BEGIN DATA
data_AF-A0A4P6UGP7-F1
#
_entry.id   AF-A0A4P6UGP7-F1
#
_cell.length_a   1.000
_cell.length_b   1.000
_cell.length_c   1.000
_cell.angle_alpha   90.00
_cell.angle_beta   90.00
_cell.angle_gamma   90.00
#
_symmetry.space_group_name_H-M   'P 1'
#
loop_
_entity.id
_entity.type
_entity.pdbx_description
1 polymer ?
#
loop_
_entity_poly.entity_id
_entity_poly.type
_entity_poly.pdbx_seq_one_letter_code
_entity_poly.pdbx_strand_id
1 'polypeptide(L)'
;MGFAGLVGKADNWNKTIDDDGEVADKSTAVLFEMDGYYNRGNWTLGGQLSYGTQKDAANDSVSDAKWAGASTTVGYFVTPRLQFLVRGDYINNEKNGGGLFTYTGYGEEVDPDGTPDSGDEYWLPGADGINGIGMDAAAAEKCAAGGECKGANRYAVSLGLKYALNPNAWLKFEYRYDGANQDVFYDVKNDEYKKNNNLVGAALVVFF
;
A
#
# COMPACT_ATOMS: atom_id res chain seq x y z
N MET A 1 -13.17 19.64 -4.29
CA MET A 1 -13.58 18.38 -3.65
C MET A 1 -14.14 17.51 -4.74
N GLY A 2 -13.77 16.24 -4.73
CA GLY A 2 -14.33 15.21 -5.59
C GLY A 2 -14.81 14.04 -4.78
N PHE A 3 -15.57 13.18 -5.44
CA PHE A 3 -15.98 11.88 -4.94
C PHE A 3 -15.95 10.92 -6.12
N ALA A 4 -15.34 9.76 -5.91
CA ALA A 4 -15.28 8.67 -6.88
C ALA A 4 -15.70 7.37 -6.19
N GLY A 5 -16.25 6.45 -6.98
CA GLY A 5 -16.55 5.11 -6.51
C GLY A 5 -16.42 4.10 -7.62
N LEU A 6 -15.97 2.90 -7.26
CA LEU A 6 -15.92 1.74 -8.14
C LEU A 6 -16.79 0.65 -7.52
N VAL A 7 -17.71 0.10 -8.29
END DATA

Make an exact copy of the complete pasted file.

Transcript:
data_AF-A0A4P6UGP7-F1
#
_entry.id   AF-A0A4P6UGP7-F1
#
_cell.length_a   1.000
_cell.length_b   1.000
_cell.length_c   1.000
_cell.angle_alpha   90.00
_cell.angle_beta   90.00
_cell.angle_gamma   90.00
#
_symmetry.space_group_name_H-M   'P 1'
#
loop_
_entity.id
_entity.type
_entity.pdbx_description
1 polymer ?
#
loop_
_entity_poly.entity_id
_entity_poly.type
_entity_poly.pdbx_seq_one_letter_code
_entity_poly.pdbx_strand_id
1 'polypeptide(L)'
;MGFAGLVGKADNWNKTIDDDGEVADKSTAVLFEMDGYYNRGNWTLGGQLSYGTQKDAANDSVSDAKWAGASTTVGYFVTPRLQFLVRGDYINNEKNGGGLFTYTGYGEEVDPDGTPDSGDEYWLPGADGINGIGMDAAAAEKCAAGGECKGANRYAVSLGLKYALNPNAWLKFEYRYDGANQDVFYDVKNDEYKKNNNLVGAALVVFF
;
A
#
# COMPACT_ATOMS: atom_id res chain seq x y z
N MET A 1 -13.17 19.64 -4.29
CA MET A 1 -13.58 18.38 -3.65
C MET A 1 -14.14 17.51 -4.74
N GLY A 2 -13.77 16.24 -4.73
CA GLY A 2 -14.33 15.21 -5.59
C GLY A 2 -14.81 14.04 -4.78
N PHE A 3 -15.57 13.18 -5.44
CA PHE A 3 -15.98 11.88 -4.94
C PHE A 3 -15.95 10.92 -6.12
N ALA A 4 -15.34 9.76 -5.91
CA ALA A 4 -15.28 8.67 -6.88
C ALA A 4 -15.70 7.37 -6.19
N GLY A 5 -16.25 6.45 -6.98
CA GLY A 5 -16.55 5.11 -6.51
C GLY A 5 -16.42 4.10 -7.62
N LEU A 6 -15.97 2.90 -7.26
CA LEU A 6 -15.92 1.74 -8.14
C LEU A 6 -16.79 0.65 -7.52
N VAL A 7 -17.71 0.10 -8.29